Here’s a piece of history for you - we have a racist past. Watch movies that were filmed prior to the civil rights movement and you’ll see a very different portrayal of African Americans on film. It shouldn’t be a surprise. After all, it’s history, but some studios would rather that history not be around as a grim reminder of our past. You know, because erasing history means we don’t have to acknowledge we were once ignorant, small people.
The Walt Disney Company is a particularly guilty party when it comes to this sort of revisionist thinking. That’s why one of their most beloved classics, which has its own ride at Walt Disney World, The Song of the South, still isn’t available on DVD (and may not be, since Disney chair Bob Iger flip-flops on the topic with nearly every calendar year). The movie is guilty of incredibly stereotyped portrayals of African Americans, and Iger would rather not put that back out in the world, regardless of the opportunities having that piece of film history out there would offer.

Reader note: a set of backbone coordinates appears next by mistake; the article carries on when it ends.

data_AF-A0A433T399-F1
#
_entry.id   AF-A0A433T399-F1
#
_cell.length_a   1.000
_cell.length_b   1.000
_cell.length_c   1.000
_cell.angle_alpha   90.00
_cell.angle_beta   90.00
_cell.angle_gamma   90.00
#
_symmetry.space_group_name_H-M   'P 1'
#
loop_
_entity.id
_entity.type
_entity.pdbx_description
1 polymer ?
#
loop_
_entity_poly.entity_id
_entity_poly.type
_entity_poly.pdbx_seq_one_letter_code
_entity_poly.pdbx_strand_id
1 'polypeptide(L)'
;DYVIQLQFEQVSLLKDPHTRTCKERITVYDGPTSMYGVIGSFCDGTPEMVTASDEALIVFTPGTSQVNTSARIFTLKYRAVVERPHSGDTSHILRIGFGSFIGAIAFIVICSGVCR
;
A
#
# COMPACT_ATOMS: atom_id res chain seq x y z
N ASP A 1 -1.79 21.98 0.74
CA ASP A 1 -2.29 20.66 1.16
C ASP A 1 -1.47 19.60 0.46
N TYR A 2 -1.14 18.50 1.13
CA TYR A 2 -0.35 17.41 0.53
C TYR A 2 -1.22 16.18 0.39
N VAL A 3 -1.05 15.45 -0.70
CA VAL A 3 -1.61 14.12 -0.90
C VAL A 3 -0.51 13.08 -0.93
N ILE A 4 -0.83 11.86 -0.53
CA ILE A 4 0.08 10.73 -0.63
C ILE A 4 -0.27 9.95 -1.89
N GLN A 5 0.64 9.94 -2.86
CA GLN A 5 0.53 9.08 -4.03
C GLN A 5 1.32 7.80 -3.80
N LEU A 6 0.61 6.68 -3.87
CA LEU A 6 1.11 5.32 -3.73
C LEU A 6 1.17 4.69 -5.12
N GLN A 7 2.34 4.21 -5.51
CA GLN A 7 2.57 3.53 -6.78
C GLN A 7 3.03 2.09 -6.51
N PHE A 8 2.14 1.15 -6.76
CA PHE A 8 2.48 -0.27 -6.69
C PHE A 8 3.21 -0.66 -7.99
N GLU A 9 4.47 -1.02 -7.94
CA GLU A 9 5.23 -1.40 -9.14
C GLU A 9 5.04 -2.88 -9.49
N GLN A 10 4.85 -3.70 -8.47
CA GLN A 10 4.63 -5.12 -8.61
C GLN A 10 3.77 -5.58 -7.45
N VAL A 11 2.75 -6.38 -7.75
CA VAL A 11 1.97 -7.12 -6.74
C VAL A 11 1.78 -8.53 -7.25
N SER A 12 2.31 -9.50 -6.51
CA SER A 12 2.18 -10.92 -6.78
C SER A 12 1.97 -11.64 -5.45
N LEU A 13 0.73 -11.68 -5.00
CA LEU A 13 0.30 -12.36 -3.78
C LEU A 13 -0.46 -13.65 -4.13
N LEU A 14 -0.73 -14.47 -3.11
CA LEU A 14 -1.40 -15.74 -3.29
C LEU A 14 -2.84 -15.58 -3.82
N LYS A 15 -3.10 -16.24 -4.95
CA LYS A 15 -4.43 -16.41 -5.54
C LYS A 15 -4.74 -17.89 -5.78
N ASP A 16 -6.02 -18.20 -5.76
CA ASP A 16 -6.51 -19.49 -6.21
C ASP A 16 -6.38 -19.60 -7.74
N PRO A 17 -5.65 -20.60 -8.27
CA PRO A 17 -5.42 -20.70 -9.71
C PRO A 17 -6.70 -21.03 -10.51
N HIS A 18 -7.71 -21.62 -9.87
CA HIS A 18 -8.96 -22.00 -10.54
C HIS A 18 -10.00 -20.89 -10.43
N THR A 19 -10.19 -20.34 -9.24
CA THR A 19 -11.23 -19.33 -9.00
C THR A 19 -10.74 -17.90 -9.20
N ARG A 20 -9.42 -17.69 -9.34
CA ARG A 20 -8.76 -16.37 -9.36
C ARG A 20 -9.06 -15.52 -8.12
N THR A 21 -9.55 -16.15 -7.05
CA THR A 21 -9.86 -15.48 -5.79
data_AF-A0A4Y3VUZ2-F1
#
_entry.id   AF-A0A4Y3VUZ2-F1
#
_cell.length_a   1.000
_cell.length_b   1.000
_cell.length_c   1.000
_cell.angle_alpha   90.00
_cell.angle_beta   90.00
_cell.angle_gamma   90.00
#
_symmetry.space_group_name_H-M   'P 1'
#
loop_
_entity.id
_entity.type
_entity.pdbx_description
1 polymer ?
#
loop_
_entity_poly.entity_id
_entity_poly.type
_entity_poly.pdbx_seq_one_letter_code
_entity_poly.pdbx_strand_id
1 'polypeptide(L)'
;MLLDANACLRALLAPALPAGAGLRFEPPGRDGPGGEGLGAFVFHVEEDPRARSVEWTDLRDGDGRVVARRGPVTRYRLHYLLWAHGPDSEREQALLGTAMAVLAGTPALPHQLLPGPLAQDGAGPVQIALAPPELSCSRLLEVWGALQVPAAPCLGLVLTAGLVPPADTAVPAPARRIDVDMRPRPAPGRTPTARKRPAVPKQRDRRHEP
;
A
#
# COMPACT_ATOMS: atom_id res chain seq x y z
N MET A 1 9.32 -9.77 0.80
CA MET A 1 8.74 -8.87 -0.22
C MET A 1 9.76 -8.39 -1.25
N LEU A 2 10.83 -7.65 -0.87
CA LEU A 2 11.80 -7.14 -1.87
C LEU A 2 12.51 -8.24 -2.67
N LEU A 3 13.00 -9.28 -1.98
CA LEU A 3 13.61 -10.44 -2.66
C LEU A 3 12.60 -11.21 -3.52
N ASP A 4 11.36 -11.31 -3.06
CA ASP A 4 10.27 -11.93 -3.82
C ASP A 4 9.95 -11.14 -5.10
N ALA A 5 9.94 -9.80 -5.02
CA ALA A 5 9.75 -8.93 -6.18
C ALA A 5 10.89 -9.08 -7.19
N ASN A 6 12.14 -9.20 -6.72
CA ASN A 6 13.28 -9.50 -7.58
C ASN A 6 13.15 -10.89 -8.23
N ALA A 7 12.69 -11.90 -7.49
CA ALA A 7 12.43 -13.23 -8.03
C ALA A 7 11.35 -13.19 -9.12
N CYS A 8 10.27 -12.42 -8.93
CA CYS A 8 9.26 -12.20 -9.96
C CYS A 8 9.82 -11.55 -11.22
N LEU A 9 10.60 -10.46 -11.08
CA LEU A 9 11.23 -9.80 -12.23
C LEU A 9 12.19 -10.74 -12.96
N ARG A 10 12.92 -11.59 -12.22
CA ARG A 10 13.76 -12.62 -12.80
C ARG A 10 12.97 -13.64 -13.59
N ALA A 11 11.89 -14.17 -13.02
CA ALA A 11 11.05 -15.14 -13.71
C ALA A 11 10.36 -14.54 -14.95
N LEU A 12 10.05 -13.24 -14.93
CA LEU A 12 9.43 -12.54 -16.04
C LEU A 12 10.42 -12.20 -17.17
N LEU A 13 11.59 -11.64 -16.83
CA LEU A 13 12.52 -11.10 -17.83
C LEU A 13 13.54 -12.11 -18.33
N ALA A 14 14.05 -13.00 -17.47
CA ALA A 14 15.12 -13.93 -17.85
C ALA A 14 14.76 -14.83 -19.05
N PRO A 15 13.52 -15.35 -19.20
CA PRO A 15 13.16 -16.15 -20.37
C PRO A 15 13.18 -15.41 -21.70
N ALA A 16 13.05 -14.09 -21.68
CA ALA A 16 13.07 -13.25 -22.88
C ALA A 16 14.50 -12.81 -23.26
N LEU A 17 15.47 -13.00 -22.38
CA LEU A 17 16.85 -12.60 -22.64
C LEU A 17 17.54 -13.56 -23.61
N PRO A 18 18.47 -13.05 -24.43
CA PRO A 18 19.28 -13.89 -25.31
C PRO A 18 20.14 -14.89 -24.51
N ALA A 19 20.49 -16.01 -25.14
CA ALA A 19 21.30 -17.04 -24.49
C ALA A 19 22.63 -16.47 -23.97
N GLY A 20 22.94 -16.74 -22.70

It turns out Song of the South isn’t the only part of the Disney catalog that has been withdrawn for its racist overtones. Over at the blog Sodahead, Peter Griffin is reminiscing about an element of Disney’s Fantasia that could easily exist in his memory. After all, the scene - showing a female black centaur servicing the other white centaurs - was disavowed by Disney, and suggestions that Fantasia was altered to remove the character were denied. Nevermind, the character even has a name and, after a little bit of research, this clip with the black centaur, named Sunflower, was found.
So, thanks to Sodahead, here’s a character in a Disney movie, that according to the official story never existed. Heads up Disney - film doesn’t forget. Stop denying the past, embrace and accept we were all once morons, and help bridge the way to the future by figuring out how to make those pieces of cinematic history a lesson to learn from instead of something you’d rather forget.
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